Journal of Mathematical Biology

, Volume 6, Issue 1, pp 1–19

# On the growth of populations with narrow spread in reproductive age

I. General theory and examples
• Bernard D. Coleman
Article

## Summary

General theorems are proven about the existence and asymptotic stability of stationary and temporally periodic age distributions for single species populations which obey the following assumptions: (i) at each instantt the rate at which the population loses individuals of agea through death and dispersal is given by a function ρ ofa and the numberx(a, t) of individuals which have agea at timet, and (ii) the numberx(0, t) of individuals born at timet is given by a functionF of the numberx(a f ,t) of individuals at a specified reproductive agea f . The theorems given are illustrated for various special cases in which assumptions are made about the forms of loss function ρ and the fecundity functionF. For example, it is shown that when ρ(a, x) has the form ρ=π1(a)x + π2(a)x 2 with π1 and π2 positive andF is monotone increasing and concave withF(0)=0, the parameter

$$T = ln\frac{d}{{dx}}F(0) - \int_0^{a_f } {\pi _1 (a) da}$$
determines whether the population is “endangered” in the following sense: forT>0 there is an asymptotically stable non-zero stationary age distribution, but forT<0 there holds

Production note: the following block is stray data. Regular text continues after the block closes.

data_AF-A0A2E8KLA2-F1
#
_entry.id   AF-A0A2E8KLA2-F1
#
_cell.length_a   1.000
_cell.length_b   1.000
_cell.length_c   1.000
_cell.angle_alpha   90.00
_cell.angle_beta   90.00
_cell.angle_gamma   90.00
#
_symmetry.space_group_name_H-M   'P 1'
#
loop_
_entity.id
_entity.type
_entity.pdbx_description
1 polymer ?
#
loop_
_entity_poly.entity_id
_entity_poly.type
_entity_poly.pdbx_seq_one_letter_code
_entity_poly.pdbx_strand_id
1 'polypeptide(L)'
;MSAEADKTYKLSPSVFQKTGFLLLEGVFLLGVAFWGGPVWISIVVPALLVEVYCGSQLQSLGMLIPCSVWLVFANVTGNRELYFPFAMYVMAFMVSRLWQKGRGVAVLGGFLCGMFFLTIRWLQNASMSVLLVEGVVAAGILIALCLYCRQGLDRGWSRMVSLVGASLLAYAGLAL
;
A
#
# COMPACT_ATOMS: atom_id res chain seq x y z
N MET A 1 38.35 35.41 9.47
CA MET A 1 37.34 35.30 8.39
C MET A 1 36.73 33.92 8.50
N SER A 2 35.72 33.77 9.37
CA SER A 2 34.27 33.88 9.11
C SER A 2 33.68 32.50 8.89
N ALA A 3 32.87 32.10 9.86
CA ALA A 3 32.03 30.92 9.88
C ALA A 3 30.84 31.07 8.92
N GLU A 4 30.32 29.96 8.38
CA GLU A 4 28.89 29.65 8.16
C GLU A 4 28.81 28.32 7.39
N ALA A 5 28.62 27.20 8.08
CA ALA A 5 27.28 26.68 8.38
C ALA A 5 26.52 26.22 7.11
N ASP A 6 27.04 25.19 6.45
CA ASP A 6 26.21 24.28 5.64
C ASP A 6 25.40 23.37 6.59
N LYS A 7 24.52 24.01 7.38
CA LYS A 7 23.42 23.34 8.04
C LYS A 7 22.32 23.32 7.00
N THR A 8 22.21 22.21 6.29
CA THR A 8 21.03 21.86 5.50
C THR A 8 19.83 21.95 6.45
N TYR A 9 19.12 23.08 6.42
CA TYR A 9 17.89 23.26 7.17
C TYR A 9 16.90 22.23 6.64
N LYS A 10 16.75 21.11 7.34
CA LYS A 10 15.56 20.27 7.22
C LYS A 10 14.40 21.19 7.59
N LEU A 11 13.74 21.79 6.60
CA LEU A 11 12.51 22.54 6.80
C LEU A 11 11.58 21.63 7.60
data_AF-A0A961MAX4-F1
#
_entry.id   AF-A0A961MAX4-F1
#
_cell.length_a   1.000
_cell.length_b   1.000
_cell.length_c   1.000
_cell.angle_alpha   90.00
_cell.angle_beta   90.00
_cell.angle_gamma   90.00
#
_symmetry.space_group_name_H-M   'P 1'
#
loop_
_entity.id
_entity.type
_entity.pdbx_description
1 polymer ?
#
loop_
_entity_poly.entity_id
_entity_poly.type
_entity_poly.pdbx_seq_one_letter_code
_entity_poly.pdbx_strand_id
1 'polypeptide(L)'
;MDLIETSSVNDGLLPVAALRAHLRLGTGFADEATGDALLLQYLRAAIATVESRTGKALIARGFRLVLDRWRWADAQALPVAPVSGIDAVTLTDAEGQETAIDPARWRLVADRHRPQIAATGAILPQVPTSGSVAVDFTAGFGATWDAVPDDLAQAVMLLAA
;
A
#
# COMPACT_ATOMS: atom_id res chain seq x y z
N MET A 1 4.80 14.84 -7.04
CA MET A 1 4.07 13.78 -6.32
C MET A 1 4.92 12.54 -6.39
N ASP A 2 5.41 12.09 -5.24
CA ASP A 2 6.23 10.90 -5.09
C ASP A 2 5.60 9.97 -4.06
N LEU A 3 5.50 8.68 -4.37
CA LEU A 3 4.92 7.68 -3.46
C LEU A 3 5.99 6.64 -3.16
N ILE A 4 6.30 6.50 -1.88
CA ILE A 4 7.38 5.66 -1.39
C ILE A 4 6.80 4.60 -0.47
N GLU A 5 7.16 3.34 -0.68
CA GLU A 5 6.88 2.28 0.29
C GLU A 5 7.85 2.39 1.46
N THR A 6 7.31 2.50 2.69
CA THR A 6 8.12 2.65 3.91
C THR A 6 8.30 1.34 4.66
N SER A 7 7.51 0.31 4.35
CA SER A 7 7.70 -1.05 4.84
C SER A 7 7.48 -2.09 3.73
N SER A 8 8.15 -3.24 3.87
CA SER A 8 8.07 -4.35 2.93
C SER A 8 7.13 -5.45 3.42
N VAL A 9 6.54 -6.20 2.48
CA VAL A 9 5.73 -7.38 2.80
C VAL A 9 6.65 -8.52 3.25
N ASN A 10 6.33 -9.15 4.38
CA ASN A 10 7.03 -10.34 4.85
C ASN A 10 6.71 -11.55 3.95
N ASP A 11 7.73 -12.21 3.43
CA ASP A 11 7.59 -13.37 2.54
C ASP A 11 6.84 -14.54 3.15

$$\begin{array}{*{20}c} {\lim } \\ {t \to \infty } \\ \end{array} \begin{array}{*{20}c} {\sup } \\ {0 \leqslant a \leqslant a_f } \\ \end{array} x(a,t) = 0.$$

## Keywords

Periodic Solution Loss Function Narrow Spread Single Species Population Threshold Theorem
These keywords were added by machine and not by the authors. This process is experimental and the keywords may be updated as the learning algorithm improves.

## References

1. 1.
Griffel, D. H.: Age-dependent population growth, J. Inst. Maths. Applics.17, 141–152 (1976).
2. 2.
Gurtin, M. E., MacCamy, R. C.: Non-linear age-dependent population dynamics, Arch. Rational Mech. Anal.54, 281–300 (1974).
3. 3.
Hartman, P.: Ordinary Differential Equations. New York: Wiley 1964.Google Scholar
4. 4.
5. 5.
Li, T.-Y., Yorke, J. A.: Period three implies chaos, Amer. Math. Monthly82, 985–992 (1975).
6. 6.
Lotka, A. J.: Elements of Physical Biology: Baltimore: Williams and Wilkins 1925.
7. 7.
May, R. M.: Biological populations obeying difference equations: stable points, stable cycles, and chaos. J. Theor. Biol.51, 511–524 (1975).
8. 8.
May, R. M., Oster, G. F.: Bifurcations and dynamic complexity in simple ecological models, Amer. Naturalist110, 573–597 (1976)
9. 9.
Maynard Smith, J.: Mathematical Ideas in Biology. Cambridge Cambridge University Press 1968.Google Scholar
10. 10.
Maynard Smith, J.: Models in Ecology. Cambridge: Cambridge University Press 1974.Google Scholar
11. 11.
Von Foerster, H.: Some remarks on changing populations. In: The Kinetics of Cellular Proliferation, pp. 382–407. New York: Grune and Stratton 1959Google Scholar